A good night’s sleep is vital when you have an action packed camping trip planned. Therefore, it is essential that you aren’t sleeping on the cold, hard floor at night. Here we look at the advantages and disadvantages of sleeping mats, camp beds and airbeds.
Sleeping mats – sometimes known as carry mats, sleeping pads or ground pads – are the cheapest option available, but not the most comfortable. They are lightweight and roll up to a compact size, making them ideal for backpackers and campers who wish to pack as a light as possible. Closed-cell foam is used to produce these mats and can be trimmed to size should the user choose to do so. To maximise comfort when using a sleeping mat you should try to pitch on soft ground and remove any stones, twigs etc. before laying down the groundsheet.
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Camp beds, also known as cots in America, offer a comfier sleeping option than a sleeping mat and do not need to be inflated. Often featuring an aluminium frame, they simply fold up to a more compact size during transportation. The construction varies from bed to bed; some may feature a raised function at the top for alternate sleeping positions. Camp beds allow you to sleep in a raised position, away from the cold, hard ground. The disadvantage of a camp bed is that they are heavy in comparison to mats and airbeds, meaning they are only ideal for campers who are travelling to the campsite in a vehicle. They are also not ideal for smaller tents, particularly pyramid or ridge shape tents as they may not fit properly.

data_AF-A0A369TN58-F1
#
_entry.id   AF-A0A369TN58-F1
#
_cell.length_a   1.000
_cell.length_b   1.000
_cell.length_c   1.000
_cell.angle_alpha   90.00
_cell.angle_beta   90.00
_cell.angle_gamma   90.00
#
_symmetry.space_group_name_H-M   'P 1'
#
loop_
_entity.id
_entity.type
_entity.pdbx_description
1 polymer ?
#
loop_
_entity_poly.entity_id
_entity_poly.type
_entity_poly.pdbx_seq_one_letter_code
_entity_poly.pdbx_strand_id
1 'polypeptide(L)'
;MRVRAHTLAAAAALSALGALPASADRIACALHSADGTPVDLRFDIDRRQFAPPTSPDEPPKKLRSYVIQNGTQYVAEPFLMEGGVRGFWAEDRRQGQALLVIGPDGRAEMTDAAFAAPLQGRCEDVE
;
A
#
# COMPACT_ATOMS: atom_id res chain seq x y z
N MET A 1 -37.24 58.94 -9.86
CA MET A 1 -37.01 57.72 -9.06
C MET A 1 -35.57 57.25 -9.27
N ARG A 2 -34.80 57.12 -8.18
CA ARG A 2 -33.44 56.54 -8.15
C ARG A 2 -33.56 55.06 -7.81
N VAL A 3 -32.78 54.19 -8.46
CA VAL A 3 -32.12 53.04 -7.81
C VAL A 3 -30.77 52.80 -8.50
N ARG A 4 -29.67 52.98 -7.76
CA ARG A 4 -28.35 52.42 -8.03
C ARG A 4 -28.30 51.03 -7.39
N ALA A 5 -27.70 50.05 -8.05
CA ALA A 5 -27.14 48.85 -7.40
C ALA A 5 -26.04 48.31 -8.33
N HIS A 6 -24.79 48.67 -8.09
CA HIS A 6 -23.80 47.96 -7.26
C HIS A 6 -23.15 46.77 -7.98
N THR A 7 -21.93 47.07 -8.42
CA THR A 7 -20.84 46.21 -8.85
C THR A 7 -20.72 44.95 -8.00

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Airbeds, or air mattresses, offer comfort and allow you to sleep in a raised position away from the cold, hard floor. They are inflatable, meaning they also deflate to a compact size for easy carrying during transportation. A pump is often needed and there a various types available. Many airbeds come with a foot pump when you purchase them. The quickest and easiest method is to use an electrical pump, many of which can be powered via the lighter socket in a car. Another option is to inflate the airbed orally, however this is obviously the slowest and most difficult method. Some air mattresses are self-inflating due to open-cell foam that fills the internal cavity when activated.
Airbeds are lightweight and compact to transport, however they are the less durable and run the risk of a puncture. Many do come with a puncture repair kit included should this occur.
To see our selection of airbeds click here